A recent Alumni Speaker Series event hosted by The University of Winnipeg Alumni Association not only provided old friends Dr. Angele Maki and Dr. Kleem Chaudhary a chance to catch up, but also valuable insight into how UWinnipeg can prepare all undergraduate students – especially those in the sciences – for their future.
That was a differentiator when we were applying to grad schools – being able to do an undergraduate research project but also TA’ing. A lot of the bigger schools, whether in the United States or Canada, those opportunities aren’t necessarily there, so it was super helpful.
Dr. Kleem Chaudhary
Speaking at Alumni Perspectives: Career Paths in Biotech, Maki and Chaudhary, both of whom graduated from UWinnipeg in 1998 with a Bachelor of Science in Chemistry, shared stories of their post-graduate pursuits, discovering their passions, and the ever-expanding biotech market, while taking time to look back on how UWinnipeg influenced it all.
For Maki, now Senior Vice President and Head of Business Development at ReCode Therapeutics, one of the most important experiences wasn’t necessarily at, but by way of UWinnipeg. By leveraging her undergraduate studies into summer lab work across Canada, Maki managed to spend her breaks from UWinnipeg in Montreal and Saskatoon.
The latter, a government biotech lab that was a division of the National Research Council, piqued her interest in the field and gave her direction.
“That gave me great, hands-on lab experience prior to graduating,” she said.
Undergraduate research experience
Chaudhary, Chief Operating and Business Officer at Redona Therapeutics, added that the ability to work on an undergraduate research project, an opportunity both he and Maki had, was perhaps among the most significant parts of their time at UWinnipeg. As with Maki’s lab work, the projects provided the kind of experiential learning that would not have been possible without the opportunity to get involved in a research project.
But beyond research and lab experience, it was the chance to interact with fellow students, particularly as teaching assistants for introductory chemistry labs, that assisted most in paving the way to graduate school for Maki and Chaudhary. While larger schools tend to reserve such positions for graduate students, UWinnipeg gives undergraduates the chance to act as teaching assistants and that, Chaudhary says, is what gave him a leg up on the competition.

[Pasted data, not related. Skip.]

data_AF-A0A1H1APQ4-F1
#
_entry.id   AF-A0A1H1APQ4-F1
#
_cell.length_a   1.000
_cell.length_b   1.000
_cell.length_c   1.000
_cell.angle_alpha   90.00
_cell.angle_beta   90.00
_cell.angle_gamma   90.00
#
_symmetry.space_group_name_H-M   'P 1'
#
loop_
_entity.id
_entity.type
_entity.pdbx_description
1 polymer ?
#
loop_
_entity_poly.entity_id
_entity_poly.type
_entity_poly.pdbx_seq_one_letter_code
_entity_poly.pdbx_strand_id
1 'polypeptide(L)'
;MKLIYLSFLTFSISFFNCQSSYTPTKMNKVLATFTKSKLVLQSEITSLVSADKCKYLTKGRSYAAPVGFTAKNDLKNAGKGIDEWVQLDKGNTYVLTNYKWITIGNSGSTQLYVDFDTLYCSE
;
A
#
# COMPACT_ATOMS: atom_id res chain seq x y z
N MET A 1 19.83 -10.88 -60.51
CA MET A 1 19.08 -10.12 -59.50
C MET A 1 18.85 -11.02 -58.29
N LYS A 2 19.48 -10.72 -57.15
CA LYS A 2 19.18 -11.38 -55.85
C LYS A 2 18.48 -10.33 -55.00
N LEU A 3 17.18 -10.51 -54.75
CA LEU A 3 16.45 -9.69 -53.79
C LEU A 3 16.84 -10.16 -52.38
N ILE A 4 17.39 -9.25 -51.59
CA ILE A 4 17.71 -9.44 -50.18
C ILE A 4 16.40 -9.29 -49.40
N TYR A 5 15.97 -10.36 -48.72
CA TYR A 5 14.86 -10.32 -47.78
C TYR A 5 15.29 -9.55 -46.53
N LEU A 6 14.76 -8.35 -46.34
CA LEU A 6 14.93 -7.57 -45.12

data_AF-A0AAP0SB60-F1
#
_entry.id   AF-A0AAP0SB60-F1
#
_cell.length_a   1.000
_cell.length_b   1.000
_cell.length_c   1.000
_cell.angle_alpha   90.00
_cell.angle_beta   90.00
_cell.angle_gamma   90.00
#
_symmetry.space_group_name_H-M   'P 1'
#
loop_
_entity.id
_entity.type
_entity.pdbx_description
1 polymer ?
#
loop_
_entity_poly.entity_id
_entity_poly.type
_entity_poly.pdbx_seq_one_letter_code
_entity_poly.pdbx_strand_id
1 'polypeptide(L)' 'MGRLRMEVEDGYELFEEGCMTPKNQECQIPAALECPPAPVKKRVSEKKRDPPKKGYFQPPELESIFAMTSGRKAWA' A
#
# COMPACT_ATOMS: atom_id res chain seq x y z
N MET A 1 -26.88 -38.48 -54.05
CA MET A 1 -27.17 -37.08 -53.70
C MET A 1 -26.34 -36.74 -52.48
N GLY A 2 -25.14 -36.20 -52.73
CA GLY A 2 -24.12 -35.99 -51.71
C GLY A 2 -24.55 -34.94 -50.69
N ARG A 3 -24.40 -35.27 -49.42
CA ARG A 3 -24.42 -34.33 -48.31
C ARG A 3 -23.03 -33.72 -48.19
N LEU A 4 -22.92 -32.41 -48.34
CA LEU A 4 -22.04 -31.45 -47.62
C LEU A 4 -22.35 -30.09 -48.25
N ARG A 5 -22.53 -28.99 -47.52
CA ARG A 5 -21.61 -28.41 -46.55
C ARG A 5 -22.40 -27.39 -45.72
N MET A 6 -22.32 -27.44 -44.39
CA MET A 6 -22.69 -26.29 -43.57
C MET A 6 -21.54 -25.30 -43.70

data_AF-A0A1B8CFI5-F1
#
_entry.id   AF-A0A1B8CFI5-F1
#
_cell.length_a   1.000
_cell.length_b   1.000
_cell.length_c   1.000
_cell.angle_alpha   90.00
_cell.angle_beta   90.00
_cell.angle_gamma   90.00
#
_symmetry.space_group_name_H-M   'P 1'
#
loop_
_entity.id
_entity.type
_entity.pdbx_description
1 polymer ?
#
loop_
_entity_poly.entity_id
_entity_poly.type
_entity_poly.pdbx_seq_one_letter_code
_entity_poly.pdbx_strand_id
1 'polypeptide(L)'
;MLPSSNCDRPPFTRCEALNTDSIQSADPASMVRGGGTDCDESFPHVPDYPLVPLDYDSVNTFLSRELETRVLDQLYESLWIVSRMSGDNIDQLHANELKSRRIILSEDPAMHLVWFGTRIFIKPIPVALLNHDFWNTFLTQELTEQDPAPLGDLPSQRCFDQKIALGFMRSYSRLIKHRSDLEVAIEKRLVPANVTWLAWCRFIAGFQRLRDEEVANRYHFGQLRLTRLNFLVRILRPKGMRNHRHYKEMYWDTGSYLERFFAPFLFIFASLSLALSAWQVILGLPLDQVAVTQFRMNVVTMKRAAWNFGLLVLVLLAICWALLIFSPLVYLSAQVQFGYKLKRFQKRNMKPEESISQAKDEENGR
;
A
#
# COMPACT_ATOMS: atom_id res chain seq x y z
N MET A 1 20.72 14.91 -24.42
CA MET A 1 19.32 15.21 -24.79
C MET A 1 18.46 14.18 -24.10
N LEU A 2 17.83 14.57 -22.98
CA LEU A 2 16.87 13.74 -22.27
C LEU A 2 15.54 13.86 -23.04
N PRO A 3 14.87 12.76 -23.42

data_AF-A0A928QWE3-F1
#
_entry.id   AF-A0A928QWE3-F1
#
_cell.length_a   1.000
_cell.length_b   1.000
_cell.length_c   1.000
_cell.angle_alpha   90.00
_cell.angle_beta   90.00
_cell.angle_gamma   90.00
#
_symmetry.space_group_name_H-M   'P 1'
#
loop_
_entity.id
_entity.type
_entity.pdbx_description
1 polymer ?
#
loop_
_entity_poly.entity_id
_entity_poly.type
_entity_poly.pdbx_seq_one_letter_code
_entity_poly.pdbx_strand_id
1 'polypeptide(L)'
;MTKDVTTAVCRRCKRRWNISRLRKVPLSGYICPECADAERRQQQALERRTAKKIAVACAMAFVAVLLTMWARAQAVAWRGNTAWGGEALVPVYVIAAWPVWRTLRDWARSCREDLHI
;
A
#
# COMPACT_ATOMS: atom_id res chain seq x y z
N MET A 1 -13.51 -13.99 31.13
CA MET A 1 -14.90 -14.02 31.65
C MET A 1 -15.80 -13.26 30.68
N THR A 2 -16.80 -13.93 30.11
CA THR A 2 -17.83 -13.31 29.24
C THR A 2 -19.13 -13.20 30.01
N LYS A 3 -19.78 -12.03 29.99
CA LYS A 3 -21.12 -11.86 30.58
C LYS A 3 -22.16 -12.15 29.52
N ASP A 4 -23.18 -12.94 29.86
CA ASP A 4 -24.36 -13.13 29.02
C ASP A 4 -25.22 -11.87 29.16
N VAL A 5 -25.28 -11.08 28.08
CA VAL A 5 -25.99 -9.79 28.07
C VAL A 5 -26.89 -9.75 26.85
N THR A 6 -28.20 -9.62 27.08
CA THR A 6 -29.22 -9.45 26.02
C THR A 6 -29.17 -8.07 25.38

“I saw it at the time as a great opportunity and it ended up being fairly useful,” he said. “That was a differentiator when we were applying to grad schools – being able to do an undergraduate research project but also TA’ing. A lot of the bigger schools, whether in the United States or Canada, those opportunities aren’t necessarily there, so it was super helpful.”
Life after UWinnipeg
The doors opened by their time at UWinnipeg allowed Chaudhary to move on to University of North Carolina in Chapel Hill, where he earned his PhD in Chemistry, while Maki earned her PhD in Biological Chemistry from Stanford University.
It was in the U.S., and after their graduate studies, that Maki and Chaudhary followed divergent paths. For his part, Chaudhary leapt into his career as a chemist, but Maki, whose interest in lab work was waning, started to investigate alternative careers in science. She went on to complete post-doc work at the Scripps Research Institute in La Hoya, California, before landing a business development post in the biotech industry. It wasn’t long after that Chaudhary, too, found himself in biotech.
Now at ReCode, Maki and her team are working to leverage a technology similar to that which is found in COVID-19 vaccines to create the next generation of mRNA and gene correction therapeutics. Meanwhile, Chaudary and his Redona coworkers are developing medicines to address diseases caused by the disregulation of RNA and DNA processes and signalling.
And while both have found considerable success since their departures from UWinnipeg, Maki said there is one thing she might change: how quickly she jumped into graduate school. Citing the attrition rate and that there are experiences to be had outside of academia, she added there’s value in understanding if one is truly passionate about their graduate school pursuits.
“A lot of people realize it’s not what they want to do and drop out, and I think a lot of people end up there just because of momentum and it’s not the right decision for them,” she said. “So, I actually think it’s great to take some time off and maybe work in your field, get a lab job if that’s what’s interesting, and see if you really like it before you make that commitment.”